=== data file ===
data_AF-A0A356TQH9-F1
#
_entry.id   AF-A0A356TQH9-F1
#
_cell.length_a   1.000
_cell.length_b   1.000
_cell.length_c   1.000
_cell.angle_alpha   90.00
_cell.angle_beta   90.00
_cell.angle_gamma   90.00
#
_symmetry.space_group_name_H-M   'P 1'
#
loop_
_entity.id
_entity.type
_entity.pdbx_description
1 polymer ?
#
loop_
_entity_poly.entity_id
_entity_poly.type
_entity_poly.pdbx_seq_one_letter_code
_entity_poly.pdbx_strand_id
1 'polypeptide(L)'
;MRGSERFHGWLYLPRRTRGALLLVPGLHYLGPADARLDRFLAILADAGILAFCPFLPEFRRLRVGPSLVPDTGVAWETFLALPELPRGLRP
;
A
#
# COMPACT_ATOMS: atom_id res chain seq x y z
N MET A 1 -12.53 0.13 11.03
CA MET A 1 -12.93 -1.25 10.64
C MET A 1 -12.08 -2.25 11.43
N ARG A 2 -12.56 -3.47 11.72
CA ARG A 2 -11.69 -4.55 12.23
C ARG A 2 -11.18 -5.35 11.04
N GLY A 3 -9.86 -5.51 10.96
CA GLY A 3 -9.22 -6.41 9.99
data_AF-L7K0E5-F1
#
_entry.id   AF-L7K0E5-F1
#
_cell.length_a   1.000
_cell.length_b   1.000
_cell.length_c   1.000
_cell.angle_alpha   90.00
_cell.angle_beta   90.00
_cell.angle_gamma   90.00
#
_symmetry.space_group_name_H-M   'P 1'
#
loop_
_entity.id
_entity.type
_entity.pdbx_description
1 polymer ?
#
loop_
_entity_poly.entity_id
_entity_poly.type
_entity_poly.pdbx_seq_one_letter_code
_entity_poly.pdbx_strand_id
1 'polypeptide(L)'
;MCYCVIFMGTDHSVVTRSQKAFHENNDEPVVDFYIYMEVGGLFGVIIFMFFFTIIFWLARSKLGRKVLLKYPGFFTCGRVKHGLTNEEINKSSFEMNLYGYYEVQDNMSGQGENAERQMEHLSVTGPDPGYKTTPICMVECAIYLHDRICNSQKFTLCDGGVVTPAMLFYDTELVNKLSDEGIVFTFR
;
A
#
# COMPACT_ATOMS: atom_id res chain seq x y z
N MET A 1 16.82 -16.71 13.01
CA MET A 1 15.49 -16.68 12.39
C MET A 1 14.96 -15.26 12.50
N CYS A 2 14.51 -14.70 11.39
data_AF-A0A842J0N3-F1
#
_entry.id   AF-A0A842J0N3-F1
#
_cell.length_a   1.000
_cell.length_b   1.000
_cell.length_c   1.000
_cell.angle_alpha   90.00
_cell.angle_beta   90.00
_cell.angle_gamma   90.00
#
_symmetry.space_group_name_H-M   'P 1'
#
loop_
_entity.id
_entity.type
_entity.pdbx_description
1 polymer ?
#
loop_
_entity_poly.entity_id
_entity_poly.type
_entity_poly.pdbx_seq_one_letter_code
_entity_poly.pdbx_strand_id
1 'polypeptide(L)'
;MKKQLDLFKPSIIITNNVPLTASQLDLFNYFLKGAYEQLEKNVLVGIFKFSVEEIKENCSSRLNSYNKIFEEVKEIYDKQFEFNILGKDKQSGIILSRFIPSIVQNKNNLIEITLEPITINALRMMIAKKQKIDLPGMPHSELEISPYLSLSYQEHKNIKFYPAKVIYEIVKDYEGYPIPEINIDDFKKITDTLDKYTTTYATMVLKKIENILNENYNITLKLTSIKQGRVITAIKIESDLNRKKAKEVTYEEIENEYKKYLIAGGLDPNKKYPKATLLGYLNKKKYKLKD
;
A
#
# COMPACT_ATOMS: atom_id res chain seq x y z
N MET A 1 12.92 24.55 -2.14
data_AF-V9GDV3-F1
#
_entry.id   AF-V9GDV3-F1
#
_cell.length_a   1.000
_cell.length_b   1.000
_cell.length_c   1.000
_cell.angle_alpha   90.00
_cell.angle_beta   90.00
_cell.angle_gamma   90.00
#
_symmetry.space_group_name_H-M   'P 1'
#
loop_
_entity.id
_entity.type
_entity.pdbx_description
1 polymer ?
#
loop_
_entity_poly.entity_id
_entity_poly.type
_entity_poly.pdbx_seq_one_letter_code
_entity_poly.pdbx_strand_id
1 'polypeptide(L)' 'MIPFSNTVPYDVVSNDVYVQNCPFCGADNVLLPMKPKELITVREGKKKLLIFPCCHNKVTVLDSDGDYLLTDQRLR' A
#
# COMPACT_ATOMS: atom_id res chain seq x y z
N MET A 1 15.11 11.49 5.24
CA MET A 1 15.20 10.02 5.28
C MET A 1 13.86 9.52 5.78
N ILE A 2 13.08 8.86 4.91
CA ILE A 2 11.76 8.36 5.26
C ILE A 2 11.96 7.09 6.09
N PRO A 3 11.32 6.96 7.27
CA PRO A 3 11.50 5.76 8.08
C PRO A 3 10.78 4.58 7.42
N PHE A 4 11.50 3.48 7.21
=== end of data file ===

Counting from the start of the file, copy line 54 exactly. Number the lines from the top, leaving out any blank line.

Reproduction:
_entity.type